The first type of marketing should be personal contacts, or the two F's, which stands for friends and family. Presumably, you'll have told them about your new career as a translation professional. If not, feel free to let them all know. Most people are more than happy to help out and you never know who among them will need a translation or know someone who does. So feel free to let people know on Facebook, on Twitter, and do not neglect things like family reunions, etc. And remember, you can always offer a little bit of commission for jobs they send your way as well.

The next thing to turn to is your business contacts. If your career thus far has had to do with translations, and it shouldn't be too hard at all, If however you work in any other industry still worth a shot. Remember, it might sound intimidating, but you have nothing to lose and very much to gain. You can just send an email to past colleagues or clients or associates or contacts. And just let them know that you're embarking on a new career as a translation professional, and just to keep you in mind for future translation jobs. If, however, you're a student, or otherwise have no past colleagues, clients or associates, then chances are you still do have business contacts.

Being a translator means you deal with various languages and you've probably encountered plenty of people in both sets of languages who aren't friends or family. These can all be potential clients. In fact, you might have already performed the translation job or interpreting job as a favor or something of the sort in the past. So these people already know about your abilities, so why not approach them as well. Organizations are also very important for active marketing. You should join translation and language related organizations and This will mean your source and your target language, but you should also join organizations related to your specialty.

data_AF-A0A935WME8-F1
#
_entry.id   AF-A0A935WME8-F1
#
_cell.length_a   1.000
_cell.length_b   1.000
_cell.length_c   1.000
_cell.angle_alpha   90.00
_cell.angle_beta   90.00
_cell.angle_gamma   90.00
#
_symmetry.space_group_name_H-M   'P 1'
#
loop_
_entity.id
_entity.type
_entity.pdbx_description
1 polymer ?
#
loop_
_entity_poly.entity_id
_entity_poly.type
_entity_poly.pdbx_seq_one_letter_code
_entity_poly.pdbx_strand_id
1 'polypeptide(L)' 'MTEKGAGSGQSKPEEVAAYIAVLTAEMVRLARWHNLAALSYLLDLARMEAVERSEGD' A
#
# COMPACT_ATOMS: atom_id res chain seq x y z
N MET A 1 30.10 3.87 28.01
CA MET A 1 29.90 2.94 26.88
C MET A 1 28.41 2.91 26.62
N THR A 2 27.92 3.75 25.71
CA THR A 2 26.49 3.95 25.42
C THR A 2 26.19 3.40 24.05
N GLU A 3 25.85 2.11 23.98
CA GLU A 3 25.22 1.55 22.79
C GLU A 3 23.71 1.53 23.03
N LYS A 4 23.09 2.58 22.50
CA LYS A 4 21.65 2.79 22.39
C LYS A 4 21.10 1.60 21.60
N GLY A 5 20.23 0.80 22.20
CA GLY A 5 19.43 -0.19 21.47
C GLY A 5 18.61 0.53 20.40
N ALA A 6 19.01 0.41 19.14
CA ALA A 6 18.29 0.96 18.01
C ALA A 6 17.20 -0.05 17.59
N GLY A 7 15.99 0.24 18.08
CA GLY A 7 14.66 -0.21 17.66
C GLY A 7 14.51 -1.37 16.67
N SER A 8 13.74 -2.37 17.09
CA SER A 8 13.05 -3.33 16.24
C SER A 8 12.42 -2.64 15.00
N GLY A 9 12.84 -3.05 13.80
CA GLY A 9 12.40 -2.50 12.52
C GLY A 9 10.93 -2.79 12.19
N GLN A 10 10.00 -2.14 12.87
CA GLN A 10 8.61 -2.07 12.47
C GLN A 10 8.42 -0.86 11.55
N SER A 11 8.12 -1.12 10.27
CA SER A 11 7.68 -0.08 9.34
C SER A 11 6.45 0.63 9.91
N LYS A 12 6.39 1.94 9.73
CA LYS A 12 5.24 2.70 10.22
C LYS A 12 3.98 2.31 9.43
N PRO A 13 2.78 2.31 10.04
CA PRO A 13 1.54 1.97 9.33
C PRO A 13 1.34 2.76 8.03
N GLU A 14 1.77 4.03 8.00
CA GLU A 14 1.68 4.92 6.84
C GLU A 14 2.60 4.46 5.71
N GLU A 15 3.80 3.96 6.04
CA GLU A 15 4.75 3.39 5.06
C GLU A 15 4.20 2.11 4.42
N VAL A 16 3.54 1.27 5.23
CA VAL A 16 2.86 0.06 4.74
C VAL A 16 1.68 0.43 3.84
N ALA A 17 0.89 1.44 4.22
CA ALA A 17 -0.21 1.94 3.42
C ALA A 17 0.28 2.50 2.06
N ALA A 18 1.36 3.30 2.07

For example, if you specialize in financial translations, then find all the financial organizations in your area and join them. You might be the only translator in the room full of finance, ears and bankers, but what better way to stand out the next time they need any translations done, they will remember you. You can obviously join as many organizations as you like, but try to stay active in the ones pertaining to translation and your specialties. This means attending at least once a month or so you should look for upcoming events. Once again. These can deal with translations and languages or with your specializations.

For example, if you specialize in legal translations, find events held for lawyers and bars Association, etc. as well as events for legal researchers law schools and law school alumni and any other type of event tied to the legal field. Same goes for financial specializations, or any other specialization you might have. Obviously, you should also definitely not neglect Google. Remember, you can find almost any client via Google search or Bing or your search engine of choice. Obviously, your first step should be translation agencies.